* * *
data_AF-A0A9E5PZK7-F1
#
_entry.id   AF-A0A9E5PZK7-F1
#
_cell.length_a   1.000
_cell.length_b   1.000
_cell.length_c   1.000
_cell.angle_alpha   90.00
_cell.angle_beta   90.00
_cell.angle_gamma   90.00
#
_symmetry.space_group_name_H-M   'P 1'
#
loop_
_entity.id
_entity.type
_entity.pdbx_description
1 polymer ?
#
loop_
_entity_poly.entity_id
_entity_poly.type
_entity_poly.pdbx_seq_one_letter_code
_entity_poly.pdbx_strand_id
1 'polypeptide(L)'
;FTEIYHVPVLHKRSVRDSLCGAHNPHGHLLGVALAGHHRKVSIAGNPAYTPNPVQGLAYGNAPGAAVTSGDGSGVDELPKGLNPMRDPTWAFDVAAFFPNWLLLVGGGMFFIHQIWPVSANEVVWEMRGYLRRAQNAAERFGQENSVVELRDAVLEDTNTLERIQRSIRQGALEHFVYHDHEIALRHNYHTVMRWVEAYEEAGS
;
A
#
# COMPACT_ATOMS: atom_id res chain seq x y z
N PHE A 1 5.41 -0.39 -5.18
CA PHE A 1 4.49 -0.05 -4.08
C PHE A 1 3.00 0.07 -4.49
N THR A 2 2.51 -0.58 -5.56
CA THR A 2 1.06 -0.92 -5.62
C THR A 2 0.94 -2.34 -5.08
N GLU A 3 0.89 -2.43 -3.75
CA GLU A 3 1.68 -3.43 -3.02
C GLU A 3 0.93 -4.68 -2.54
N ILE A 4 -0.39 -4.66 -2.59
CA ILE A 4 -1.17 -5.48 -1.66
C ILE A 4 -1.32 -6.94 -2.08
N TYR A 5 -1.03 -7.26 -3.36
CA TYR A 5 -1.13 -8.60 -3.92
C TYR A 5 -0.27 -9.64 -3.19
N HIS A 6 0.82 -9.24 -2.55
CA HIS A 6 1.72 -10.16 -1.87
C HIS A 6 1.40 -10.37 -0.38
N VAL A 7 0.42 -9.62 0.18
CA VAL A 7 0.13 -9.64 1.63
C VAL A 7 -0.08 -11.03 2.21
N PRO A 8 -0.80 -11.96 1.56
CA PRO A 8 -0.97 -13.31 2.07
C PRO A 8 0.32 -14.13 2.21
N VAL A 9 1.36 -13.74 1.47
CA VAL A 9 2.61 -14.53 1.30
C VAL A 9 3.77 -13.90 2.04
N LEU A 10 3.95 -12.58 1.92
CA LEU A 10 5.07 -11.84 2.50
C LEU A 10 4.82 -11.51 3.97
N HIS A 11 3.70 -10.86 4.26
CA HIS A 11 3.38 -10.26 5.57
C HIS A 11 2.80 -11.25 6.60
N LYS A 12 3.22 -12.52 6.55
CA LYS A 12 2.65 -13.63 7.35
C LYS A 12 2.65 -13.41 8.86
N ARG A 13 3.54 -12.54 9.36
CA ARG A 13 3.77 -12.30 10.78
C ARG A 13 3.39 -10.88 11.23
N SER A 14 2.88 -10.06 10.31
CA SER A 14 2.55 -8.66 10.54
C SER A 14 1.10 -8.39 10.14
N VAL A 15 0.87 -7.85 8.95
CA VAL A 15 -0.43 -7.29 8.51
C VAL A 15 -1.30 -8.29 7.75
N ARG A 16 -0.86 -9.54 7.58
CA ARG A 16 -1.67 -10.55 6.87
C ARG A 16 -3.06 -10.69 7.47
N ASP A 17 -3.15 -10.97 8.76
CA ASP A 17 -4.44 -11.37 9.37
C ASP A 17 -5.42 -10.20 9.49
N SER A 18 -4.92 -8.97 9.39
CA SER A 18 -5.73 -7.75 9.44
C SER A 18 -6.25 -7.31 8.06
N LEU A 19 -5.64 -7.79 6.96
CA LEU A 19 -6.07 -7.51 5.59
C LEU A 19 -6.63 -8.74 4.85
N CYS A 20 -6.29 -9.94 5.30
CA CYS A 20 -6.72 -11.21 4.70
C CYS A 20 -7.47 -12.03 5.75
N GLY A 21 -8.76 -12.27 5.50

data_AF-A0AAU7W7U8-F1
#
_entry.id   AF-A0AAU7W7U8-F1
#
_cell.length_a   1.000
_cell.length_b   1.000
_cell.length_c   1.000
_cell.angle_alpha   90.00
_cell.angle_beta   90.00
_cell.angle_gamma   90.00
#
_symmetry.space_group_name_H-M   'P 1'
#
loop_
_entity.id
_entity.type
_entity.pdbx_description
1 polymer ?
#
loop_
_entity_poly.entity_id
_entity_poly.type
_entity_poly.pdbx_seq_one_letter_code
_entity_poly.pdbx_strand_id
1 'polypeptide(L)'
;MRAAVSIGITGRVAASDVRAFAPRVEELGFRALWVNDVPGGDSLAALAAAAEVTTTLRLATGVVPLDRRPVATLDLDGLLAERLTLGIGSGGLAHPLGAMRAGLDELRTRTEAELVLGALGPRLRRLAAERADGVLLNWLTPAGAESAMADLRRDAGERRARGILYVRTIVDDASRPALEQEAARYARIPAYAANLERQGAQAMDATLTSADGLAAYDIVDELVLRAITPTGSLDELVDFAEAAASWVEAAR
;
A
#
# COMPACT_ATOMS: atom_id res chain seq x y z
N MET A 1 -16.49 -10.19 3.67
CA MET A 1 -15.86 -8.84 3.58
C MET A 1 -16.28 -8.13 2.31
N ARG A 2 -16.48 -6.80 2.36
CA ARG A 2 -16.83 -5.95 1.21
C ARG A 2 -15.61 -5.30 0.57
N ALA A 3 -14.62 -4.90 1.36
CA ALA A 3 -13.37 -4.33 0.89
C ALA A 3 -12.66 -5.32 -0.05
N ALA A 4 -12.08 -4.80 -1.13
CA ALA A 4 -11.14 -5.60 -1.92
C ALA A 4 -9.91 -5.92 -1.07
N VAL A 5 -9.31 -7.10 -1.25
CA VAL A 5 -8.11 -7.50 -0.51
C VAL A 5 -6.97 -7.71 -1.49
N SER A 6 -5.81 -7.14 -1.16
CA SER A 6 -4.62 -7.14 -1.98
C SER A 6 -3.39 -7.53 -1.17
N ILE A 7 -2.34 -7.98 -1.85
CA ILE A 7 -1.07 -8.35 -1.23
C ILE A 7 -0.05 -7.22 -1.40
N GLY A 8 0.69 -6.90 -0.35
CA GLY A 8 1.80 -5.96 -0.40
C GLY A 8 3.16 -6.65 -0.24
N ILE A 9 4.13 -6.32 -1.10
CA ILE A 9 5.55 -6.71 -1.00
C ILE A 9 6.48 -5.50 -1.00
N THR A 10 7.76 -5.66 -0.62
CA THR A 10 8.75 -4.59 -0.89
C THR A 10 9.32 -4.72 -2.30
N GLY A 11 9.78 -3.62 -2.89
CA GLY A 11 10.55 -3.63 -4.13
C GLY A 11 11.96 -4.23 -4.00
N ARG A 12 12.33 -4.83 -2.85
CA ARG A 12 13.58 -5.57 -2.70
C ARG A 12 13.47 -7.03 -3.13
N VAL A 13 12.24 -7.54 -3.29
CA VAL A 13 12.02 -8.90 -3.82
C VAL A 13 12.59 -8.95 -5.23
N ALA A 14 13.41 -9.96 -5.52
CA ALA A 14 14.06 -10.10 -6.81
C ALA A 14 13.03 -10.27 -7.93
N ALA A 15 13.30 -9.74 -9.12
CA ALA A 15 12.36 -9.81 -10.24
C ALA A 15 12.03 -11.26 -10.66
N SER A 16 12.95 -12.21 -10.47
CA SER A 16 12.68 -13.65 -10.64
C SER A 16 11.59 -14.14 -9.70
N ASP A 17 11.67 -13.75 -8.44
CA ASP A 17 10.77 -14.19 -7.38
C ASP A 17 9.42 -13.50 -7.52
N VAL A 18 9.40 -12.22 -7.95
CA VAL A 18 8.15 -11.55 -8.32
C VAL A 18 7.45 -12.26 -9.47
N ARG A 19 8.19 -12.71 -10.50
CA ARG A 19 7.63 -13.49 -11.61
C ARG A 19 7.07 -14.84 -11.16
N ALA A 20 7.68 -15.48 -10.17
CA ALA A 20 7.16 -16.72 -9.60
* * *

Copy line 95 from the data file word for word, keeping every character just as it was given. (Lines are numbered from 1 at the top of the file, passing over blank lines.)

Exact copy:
#